Many years ago the venerable Cled E. Wallace wrote the following:
“Much is being said about the right kind of preaching and writing. Charges of ‘hard’ and ‘soft’ are being bandied back and forth. With as plain a book as the New Testament in hand, and with its abundant supply of examples of the very best preaching and writing, it ought not to be a difficult thing to determine the kind of both that should be done. A direct appeal to the New Testament, its preachers and its writers, ought to settle any question that arises in such a connection. Men who say the most about ‘the right method of approach,’ ‘constructive articles,’ etc., betray the fact that a lot of their ideas come from modern psychology, materialistic philosophy, and sectarian sources rather than from Jesus and the apostles. It is futile to do a lot of talking about the method of approach, when you never approach. It would improve some preachers and writers if they could forget about the method and go ahead and approach. The main idea is getting there anyhow” (Cled E. Wallace, Bible Banner, Vol. 1, Num. 11, June 1939).
Examples of Biblical Preaching
As you can see, this article was written in June of 1939, and it is as timely as ever. In fact, quite a few brethren continue to rely upon “modern psychology, materialistic philosophy, and sectarian sources rather than from Jesus and the apostles” when it comes to their method of preaching. They hide behind their false conception of Paul’s charge to “speak the truth in love” while disregarding the divinely recorded sermons he preached. If one desires to know what Paul meant when he told us to speak the truth in love, go to the examples of his sermons and see how he did it. Moreover, go and learn from the sermons preached by the apostles, Stephen, and our Lord Himself.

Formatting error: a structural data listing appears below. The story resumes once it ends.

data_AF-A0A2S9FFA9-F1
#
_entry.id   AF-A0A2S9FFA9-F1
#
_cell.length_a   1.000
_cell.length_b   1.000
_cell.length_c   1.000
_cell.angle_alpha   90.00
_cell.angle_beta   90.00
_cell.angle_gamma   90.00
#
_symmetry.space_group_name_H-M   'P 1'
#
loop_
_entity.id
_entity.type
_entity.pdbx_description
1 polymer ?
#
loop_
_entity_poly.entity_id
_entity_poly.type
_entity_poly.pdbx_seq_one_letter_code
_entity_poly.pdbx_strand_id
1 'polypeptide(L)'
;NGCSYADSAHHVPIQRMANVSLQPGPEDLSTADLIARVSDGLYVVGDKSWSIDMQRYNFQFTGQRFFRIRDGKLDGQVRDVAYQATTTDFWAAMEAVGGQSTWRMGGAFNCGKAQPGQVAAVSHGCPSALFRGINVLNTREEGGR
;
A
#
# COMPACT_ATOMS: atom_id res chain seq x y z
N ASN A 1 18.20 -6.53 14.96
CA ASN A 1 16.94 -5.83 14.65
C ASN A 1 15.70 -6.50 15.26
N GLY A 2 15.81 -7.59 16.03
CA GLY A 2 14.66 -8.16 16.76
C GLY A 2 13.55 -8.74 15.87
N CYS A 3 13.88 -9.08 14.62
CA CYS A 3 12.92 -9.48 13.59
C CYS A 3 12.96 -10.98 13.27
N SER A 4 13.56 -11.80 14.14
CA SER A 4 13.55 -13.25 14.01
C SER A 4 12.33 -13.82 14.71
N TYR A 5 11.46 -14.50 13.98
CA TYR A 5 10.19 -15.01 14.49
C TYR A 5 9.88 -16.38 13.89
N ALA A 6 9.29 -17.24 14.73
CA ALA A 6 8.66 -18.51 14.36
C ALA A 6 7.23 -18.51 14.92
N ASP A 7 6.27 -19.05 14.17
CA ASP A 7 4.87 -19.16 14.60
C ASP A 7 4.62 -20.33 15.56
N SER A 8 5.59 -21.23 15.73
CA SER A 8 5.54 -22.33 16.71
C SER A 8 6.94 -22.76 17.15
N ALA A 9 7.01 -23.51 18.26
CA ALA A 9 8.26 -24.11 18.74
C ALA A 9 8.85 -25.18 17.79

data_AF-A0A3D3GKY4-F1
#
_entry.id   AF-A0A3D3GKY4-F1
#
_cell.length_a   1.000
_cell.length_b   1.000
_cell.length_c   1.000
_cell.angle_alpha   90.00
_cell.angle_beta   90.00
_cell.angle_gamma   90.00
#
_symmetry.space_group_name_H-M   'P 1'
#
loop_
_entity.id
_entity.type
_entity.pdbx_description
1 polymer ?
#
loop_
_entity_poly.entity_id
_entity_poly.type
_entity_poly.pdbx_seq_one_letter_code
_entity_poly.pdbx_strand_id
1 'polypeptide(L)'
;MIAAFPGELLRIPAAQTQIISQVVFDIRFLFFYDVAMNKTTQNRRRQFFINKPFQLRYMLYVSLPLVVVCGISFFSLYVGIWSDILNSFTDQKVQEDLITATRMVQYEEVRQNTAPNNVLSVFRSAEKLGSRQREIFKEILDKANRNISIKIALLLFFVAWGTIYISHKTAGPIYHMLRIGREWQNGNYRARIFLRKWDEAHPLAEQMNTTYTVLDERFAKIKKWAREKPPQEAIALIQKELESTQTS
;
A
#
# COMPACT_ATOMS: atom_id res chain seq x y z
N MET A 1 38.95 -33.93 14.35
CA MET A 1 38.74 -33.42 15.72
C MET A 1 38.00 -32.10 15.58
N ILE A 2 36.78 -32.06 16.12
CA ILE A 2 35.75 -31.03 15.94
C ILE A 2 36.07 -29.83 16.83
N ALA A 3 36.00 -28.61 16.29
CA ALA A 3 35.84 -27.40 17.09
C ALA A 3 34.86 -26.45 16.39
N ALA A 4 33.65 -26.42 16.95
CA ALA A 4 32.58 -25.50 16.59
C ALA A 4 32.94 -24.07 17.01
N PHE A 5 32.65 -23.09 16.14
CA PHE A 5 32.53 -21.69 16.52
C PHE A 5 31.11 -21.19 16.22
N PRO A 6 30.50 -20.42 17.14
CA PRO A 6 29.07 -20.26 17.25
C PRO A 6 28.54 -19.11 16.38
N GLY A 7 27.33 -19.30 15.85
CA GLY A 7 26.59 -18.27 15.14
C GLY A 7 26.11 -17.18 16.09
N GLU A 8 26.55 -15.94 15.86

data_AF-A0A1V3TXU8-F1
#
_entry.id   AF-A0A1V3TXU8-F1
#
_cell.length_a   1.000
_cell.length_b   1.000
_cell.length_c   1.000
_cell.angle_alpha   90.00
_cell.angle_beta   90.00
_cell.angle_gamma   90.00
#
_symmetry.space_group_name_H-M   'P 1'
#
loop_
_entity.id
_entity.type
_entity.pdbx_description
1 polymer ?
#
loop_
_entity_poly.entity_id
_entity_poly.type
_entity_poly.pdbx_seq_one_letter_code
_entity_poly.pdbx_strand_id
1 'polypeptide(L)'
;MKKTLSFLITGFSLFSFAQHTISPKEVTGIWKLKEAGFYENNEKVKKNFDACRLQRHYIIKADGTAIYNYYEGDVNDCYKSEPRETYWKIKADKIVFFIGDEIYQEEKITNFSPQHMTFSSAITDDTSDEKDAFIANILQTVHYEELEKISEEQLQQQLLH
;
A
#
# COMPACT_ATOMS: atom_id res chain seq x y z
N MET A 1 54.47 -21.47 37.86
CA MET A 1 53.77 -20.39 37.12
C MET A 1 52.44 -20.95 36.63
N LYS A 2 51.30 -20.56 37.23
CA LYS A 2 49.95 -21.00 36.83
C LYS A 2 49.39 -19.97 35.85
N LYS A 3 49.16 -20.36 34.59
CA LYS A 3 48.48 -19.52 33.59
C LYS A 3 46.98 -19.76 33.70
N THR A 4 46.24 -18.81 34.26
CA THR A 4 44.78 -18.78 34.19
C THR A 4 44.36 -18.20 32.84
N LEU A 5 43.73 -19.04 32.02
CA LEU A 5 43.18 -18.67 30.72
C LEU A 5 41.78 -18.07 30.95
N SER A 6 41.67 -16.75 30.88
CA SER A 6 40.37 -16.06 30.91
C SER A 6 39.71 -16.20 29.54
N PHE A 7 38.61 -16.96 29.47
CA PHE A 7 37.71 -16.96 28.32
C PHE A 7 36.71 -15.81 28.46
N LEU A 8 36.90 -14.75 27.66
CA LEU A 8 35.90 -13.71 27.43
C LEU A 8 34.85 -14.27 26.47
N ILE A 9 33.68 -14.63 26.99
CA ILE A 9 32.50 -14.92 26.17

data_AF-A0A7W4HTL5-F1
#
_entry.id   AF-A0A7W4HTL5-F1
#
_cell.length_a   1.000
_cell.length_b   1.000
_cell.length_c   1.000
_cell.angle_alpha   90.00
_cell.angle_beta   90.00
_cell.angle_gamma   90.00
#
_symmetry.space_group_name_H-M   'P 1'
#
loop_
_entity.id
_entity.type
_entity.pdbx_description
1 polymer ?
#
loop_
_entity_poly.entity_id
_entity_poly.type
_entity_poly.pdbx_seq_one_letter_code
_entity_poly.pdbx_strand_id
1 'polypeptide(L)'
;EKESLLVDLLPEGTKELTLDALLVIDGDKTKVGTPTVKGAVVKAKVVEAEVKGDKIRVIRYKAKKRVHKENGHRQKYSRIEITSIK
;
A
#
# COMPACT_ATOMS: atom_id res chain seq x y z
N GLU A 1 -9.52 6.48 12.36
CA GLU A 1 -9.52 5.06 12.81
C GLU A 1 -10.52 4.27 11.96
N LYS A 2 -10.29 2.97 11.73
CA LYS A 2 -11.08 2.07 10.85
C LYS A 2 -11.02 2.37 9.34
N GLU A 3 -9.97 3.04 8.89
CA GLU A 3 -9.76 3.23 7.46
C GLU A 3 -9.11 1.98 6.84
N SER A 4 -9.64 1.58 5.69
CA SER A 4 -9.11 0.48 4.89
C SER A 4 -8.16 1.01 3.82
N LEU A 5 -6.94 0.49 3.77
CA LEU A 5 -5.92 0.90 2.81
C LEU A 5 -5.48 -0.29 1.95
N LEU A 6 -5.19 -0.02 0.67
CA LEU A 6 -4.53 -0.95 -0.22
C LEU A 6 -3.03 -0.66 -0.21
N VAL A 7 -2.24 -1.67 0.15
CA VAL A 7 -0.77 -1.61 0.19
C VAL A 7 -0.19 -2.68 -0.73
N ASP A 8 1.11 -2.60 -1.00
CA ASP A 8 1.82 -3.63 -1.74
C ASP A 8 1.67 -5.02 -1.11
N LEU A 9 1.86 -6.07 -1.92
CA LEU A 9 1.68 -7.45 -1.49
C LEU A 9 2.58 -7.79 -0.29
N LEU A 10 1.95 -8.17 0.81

What Is Biblical Preaching?
In these words of encouragement to Timothy, Paul defines the subject of biblical preaching:
“Preach the word! Be ready in season and out of season. Convince, rebuke, exhort, with all longsuffering and teaching” (2 Timothy 4:2; NKJV).
- Biblical preaching demands preaching the word – whether it is popular or not.
- Biblical preaching requires preaching doctrine or “teaching” in a way that will “convince, rebuke, and exhort” the hearer.
- Biblical preaching appeals to the spiritual as well as the intellectual nature of man. It requires the whole of God’s word being imparted to the whole of man.
Through biblical preaching, we address the intellect, awaken the spirit, and appeal to the will of the listener. We encourage those listening to be “doers of the word and not hearers only” (James 1:22). We expect them to respond faithfully to the message, but we should avoid gauging our success on the basis of their response. We must “preach the word” regardless of how God’s divine truth may be received by our fellow-man. The people must know that their preacher loves them; but they must also know that he loves God more.
Biblical preaching is not just a matter of style, taste, or preference. Whether or not one preaches the word of God is a matter of authority. That which distinguishes the message of the gospel preacher from the message of the world is the authority by which the message is spoken. Biblical preaching is a message authorized by God (cf. Titus 2:15). It is the only message authorized by God, as it is the word of God.
We Need Biblical Preachers
Biblical preaching is intended to save man from his sins, but it will not always be pleasing to man. For this very reason, preachers of the gospel and their families must be more concerned with the salvation of souls than job security. Preachers who are more concerned with job security than the salvation of souls need to repent or get out of the way. If a man is ministering only to his personal self-interests and job security, he is doing nothing more than “peddling the word” (2 Corinthians 2:17), “exploiting with deceptive words” (2 Peter 2:3), in order to receive “wages of unrighteousness” (2 Peter 2:13).
A gospel preacher should never be concerned with being the most popular speaker in town or speaking only that with which the majority agrees. Anyone can do that. But, it takes a gospel preacher to preach the word – in season and out of season – and to return our communities, our churches, and our families to God.